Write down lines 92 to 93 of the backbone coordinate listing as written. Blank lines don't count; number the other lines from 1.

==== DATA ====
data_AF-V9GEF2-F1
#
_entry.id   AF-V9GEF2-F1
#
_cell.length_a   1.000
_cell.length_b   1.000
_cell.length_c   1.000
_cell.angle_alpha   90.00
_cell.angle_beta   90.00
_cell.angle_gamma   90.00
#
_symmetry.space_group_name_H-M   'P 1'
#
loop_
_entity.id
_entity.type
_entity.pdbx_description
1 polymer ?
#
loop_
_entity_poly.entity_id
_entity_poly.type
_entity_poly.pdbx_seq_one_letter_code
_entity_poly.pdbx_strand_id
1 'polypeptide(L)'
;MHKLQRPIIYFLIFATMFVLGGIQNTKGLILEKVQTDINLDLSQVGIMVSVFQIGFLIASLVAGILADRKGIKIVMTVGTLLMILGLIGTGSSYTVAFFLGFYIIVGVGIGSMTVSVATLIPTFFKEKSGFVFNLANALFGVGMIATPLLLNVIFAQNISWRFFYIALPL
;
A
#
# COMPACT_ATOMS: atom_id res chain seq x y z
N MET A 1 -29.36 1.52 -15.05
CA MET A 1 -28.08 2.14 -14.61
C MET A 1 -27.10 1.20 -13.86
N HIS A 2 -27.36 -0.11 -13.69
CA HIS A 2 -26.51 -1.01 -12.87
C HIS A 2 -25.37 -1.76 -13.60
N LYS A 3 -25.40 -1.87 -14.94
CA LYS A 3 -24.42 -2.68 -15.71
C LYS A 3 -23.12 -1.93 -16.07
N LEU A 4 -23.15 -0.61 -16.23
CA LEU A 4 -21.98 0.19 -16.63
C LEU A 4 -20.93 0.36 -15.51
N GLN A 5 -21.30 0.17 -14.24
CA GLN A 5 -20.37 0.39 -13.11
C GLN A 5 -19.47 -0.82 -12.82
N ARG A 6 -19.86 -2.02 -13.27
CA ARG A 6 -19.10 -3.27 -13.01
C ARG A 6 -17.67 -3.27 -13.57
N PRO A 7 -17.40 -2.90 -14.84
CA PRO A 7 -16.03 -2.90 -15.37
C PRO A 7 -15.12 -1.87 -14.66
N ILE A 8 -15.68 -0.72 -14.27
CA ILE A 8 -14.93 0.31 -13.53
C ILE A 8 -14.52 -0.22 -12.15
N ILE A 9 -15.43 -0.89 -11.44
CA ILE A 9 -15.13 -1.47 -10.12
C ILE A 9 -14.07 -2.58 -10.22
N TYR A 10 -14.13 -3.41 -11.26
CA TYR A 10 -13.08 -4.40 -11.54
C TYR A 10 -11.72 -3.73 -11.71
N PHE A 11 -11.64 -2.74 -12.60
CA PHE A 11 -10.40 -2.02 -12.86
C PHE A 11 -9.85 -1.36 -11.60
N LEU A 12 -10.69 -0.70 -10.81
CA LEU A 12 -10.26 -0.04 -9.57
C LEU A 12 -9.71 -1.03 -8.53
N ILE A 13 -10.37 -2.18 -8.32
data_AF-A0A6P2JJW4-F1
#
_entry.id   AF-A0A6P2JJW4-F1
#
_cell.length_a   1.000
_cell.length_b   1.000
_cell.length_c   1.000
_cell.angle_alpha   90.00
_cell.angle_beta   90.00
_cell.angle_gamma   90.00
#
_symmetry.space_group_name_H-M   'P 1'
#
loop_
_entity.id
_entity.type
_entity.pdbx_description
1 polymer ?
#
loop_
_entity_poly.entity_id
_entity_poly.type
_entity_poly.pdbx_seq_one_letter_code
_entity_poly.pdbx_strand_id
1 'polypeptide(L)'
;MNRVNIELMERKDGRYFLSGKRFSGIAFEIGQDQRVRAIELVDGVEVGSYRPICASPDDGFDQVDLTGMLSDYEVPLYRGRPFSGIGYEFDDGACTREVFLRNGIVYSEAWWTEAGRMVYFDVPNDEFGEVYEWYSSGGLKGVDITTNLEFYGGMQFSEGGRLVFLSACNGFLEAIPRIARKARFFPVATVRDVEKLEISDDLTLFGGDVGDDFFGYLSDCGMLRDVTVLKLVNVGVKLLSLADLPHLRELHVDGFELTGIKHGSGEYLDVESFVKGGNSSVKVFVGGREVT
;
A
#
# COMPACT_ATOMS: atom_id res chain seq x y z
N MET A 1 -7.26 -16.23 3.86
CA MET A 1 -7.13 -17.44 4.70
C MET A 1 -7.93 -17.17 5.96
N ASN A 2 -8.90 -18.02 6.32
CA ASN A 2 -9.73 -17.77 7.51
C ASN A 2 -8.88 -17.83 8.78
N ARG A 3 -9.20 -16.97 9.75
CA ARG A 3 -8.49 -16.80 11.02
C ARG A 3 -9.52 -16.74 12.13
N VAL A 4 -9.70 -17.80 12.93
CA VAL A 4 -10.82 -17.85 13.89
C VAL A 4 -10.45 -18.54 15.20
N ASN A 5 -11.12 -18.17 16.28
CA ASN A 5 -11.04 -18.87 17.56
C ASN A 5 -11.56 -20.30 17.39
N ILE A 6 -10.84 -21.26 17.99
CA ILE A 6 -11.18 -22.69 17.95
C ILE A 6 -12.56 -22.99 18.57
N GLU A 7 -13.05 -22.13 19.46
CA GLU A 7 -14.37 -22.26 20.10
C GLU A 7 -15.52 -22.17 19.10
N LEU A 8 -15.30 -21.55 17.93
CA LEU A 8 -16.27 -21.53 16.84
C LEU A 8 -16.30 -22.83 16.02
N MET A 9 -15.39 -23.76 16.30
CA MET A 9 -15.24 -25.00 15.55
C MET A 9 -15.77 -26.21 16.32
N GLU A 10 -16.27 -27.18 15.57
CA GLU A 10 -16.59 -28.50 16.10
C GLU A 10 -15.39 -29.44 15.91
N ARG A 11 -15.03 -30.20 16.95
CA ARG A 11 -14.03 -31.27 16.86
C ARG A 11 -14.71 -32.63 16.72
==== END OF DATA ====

1 'polypeptide(L)'
;MNRVNIELMERKDGRYFLSGKRFSGIAFEIGQDQRVRAIELVDGVEVGSYRPICASPDDGFDQVDLTGMLSDYEVPLYRGRPFSGIGYEFDDGACTREVFLRNGIVYSEAWWTEAGRMVYFDVPNDEFGEVYEWYSSGGLKGVDITTNLEFYGGMQFSEGGRLVFLSACNGFLEAIPRIARKARFFPVATVRDVEKLEISDDLTLFGGDVGDDFFGYLSDCGMLRDVTVLKLVNVGVKLLSLADLPHLRELHVDGFELTGIKHGSGEYLDVESFVKGGNSSVKVFVGGREVT